A collection of technical documents for customers wishing to understand more of the science behind our products.
From the blog...
Written by: Dr Tom Shurlock for and on behalf of GWF Nutrition Limited.
Copyright GWF Nutrition Limited June 2017 - Not for reproduction.
O’Brien and Jackson (2012) reviewed 25(OH)D and its mechanism in immunity, both in innate and adaptive immunity. The diagrams below summarise these actions:
Vitamin D3, cholecalciferol, is hydroxylated in the liver to Calcidiol – 25(OH)D, and it is this form that is bound with D Binding Protein (DBP). The activated DBP can bind to Vitamin D Receptors (VDR), which are present in the nuclei and plasma of all cells. Binding to the genome – DNA material – is the pathway of calcium homeostasis and cytokine production, whilst intracellular sites involve immunomodulatory and other physiological functions, such as hypertension and diabetes. It is thought that this partition of routes explains the discrepancy of recommendations between deficiency and sufficiency, and actual dietary levels of cholecalciferol to impact on immunity are difficult to assess.
The immunological route, as described involves the activation of phagosomes and macrophage cells, and Ig and B amd T cell production through its degradation to 1,25(OD) – calcitriol. Also involved is the release of cytokines, and pro-inflammatory suppressants.
This mode has been concerned with humans and it is not known to what extent these mechanisms are common to other species. There are areas of commonality; in dogs, for example, calcitriol has been shown to be a potent tumour suppressant, although hypocalcaemia can also occur. Similarly, inflammatory bowel diseases in humans and dogs are similar and vitamin D has been shown to ameliorate the condition. However, unlike humans, and other species such as horse, sheep and alpaca, dogs (and cats) ability to synthesise vitamin D is functionally inadequate and so must obtain all its vitamin D from the diet.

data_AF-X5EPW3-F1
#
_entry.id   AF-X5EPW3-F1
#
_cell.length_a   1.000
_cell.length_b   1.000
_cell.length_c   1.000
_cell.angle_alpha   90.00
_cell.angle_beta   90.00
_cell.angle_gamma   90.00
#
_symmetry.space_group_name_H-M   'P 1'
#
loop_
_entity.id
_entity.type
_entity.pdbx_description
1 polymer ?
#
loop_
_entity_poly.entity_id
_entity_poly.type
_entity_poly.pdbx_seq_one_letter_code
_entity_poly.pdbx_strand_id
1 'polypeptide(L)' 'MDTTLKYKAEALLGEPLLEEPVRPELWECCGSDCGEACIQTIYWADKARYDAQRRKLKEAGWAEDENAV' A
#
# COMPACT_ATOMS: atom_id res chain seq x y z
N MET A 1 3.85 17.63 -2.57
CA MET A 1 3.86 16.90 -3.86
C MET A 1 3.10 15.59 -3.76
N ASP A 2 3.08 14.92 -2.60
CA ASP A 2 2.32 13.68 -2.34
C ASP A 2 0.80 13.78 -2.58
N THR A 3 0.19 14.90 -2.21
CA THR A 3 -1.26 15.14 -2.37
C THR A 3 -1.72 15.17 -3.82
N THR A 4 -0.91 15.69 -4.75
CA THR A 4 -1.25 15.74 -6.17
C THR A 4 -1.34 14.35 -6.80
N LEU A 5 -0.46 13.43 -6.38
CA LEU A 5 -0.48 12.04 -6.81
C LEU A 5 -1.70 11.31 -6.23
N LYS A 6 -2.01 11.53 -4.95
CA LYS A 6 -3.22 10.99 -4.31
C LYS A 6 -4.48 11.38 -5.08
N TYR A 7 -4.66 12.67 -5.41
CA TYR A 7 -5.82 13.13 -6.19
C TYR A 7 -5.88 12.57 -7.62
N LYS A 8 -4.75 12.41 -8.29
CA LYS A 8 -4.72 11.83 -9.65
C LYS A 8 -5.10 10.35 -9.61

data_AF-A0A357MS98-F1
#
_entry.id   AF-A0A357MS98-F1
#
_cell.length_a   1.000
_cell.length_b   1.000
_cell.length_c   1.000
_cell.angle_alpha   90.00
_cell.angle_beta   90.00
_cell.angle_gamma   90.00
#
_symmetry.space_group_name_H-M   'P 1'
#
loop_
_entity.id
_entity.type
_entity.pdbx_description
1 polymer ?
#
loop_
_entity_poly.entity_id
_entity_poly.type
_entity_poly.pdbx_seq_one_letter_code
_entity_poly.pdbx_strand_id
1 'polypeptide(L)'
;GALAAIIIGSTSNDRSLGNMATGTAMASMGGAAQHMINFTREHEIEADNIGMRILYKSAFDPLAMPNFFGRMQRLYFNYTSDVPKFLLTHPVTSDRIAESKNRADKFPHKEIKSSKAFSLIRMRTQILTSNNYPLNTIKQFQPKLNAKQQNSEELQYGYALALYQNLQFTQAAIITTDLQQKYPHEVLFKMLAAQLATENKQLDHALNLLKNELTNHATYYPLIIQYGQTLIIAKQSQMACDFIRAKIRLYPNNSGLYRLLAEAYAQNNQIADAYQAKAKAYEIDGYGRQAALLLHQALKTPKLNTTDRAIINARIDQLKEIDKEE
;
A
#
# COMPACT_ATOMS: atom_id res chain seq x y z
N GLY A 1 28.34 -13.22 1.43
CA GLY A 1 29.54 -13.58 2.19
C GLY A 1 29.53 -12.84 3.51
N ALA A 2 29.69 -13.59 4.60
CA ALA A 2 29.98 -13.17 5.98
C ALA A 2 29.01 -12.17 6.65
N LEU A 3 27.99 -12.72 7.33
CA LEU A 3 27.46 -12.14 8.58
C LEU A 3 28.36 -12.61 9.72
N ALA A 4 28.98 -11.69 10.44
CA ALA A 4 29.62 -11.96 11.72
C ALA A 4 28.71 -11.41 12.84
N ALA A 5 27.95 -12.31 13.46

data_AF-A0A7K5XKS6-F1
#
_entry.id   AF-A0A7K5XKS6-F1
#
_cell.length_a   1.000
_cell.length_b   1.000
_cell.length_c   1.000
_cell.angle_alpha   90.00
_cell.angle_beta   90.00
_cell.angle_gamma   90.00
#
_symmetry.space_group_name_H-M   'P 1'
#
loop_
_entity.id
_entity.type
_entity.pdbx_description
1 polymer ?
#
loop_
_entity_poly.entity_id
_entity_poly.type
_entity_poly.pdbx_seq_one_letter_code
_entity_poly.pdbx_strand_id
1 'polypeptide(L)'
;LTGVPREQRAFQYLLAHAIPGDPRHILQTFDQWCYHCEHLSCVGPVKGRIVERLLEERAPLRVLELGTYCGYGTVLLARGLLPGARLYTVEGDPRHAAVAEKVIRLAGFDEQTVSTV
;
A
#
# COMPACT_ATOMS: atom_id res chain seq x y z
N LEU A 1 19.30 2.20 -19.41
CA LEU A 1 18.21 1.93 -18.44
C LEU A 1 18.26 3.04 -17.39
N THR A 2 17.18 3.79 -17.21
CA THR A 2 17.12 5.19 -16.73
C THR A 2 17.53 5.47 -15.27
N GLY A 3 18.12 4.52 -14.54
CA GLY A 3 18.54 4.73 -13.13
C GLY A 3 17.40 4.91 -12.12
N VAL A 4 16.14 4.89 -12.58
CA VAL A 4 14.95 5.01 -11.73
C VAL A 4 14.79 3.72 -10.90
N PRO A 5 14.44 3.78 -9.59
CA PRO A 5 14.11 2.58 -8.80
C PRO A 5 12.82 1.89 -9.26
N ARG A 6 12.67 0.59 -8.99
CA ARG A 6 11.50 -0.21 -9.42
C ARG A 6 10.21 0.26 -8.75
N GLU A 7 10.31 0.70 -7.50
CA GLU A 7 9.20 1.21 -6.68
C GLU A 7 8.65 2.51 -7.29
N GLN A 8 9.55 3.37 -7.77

In terms of vitamin D deficient rickets, sheep and alpacas appear particularly susceptible; dogs and cats are relatively immune; and the plasma levels of 25(OH) and 1,25(OH) in horses are below those that would induce rickets in other species. In other words, there is insufficient knowledge currently, to extrapolate the human model over to other species and dietary recommendations are also difficult.
There is a limited amount of information on the impact of dietary supplements. In pigs, feeding 3,500IU/kg gave higher cellular immune characteristics then feeding 1,500 IU/kg and this correlated with ~ 40ng/ml and ~10ng/ml plasma levels respectively. This is roughly 100-25 nmol/l and approximates to data in wild boar and deer in impacting on TB of those populations.
This being the case, and the values of the previous paper being valid, then the original levels should help impart an immunological response.
AAdams, J.S., Hewison, M., 2008. Unexpected actions of vitamin D: New perspectives on the regulation of innate and adaptive immunity. Nature Clinical Practice Endocrinology and Metabolism 4, 80–90.
Barreda DR, Konowalchuk JD, Rieger AM,Wong ME, Havixbeck JJ. Novel roles for vitamin D in animal immunity and health. J. Anim. Sci. 2014.92:930–938
Dittmer K. It’s not just bones anymore: The new and exciting world of vitamin D. The Veterinary Journal 194 (2012) 5–6
O’Brien MA, Jackson MW. Vitamin D and the immune system: Beyond rickets. The Veterinary Journal 194 (2012) 27–33